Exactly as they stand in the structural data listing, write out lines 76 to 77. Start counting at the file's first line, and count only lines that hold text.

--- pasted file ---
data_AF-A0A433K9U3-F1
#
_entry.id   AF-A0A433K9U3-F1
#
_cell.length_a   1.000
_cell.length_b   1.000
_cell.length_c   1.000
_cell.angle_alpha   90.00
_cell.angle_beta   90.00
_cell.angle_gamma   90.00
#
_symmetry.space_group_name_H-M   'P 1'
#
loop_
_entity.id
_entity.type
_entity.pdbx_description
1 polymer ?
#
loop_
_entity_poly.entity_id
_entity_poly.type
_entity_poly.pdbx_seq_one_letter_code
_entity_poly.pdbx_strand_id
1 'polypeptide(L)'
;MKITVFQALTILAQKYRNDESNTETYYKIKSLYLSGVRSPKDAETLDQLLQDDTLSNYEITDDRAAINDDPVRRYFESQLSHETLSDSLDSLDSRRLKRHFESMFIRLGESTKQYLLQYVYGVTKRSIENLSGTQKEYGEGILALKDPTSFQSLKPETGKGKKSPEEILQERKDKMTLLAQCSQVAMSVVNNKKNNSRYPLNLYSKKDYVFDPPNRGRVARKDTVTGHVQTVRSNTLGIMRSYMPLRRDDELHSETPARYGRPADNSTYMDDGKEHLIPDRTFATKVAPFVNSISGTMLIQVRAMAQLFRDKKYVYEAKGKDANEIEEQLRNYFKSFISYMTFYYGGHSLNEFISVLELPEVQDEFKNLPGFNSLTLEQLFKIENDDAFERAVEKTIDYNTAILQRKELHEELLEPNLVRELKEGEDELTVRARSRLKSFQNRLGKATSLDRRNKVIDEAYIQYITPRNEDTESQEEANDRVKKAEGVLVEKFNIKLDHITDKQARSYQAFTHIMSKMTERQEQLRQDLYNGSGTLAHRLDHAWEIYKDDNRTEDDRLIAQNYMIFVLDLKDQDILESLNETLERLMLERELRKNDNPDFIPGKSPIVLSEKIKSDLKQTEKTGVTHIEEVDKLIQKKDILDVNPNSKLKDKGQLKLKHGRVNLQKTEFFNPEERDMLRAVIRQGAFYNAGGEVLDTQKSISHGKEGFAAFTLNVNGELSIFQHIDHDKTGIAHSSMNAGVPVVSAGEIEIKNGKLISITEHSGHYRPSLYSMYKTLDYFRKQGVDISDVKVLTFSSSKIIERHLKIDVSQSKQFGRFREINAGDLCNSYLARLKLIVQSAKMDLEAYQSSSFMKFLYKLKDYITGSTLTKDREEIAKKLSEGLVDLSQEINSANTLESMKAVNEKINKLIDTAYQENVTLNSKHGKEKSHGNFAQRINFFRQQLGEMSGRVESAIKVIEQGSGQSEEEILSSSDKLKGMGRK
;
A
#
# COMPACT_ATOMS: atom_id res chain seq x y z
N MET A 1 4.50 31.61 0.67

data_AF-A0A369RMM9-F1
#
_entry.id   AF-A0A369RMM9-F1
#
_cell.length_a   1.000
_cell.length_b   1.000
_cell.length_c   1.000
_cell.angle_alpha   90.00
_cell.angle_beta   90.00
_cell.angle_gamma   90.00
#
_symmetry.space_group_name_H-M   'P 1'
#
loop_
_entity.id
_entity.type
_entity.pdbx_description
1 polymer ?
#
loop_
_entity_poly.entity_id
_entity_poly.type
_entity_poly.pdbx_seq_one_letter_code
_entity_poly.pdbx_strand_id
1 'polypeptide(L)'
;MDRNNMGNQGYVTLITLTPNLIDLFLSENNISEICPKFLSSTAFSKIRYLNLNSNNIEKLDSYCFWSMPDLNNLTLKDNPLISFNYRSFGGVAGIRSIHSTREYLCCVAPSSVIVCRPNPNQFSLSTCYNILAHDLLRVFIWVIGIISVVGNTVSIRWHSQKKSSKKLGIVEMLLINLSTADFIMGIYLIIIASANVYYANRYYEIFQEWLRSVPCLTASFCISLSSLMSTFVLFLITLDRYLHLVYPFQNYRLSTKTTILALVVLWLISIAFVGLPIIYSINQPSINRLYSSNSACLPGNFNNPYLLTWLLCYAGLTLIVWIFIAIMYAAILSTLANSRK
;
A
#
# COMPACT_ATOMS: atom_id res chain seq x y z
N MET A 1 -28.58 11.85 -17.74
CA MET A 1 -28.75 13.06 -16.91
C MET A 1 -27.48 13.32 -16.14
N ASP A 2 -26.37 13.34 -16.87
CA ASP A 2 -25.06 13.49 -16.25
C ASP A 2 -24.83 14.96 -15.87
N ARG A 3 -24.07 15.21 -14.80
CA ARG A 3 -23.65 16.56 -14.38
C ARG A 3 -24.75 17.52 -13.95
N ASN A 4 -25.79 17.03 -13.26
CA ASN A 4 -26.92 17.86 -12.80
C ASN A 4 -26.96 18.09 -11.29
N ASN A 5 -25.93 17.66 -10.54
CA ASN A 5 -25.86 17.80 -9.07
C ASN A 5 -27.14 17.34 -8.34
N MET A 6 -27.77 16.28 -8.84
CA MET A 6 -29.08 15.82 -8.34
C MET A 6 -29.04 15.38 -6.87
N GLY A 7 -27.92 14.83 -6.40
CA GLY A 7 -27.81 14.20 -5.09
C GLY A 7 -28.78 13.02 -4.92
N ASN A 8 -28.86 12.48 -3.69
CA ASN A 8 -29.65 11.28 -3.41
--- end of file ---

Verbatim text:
C ASN A 5 -27.14 17.34 -8.34
N MET A 6 -27.77 16.28 -8.84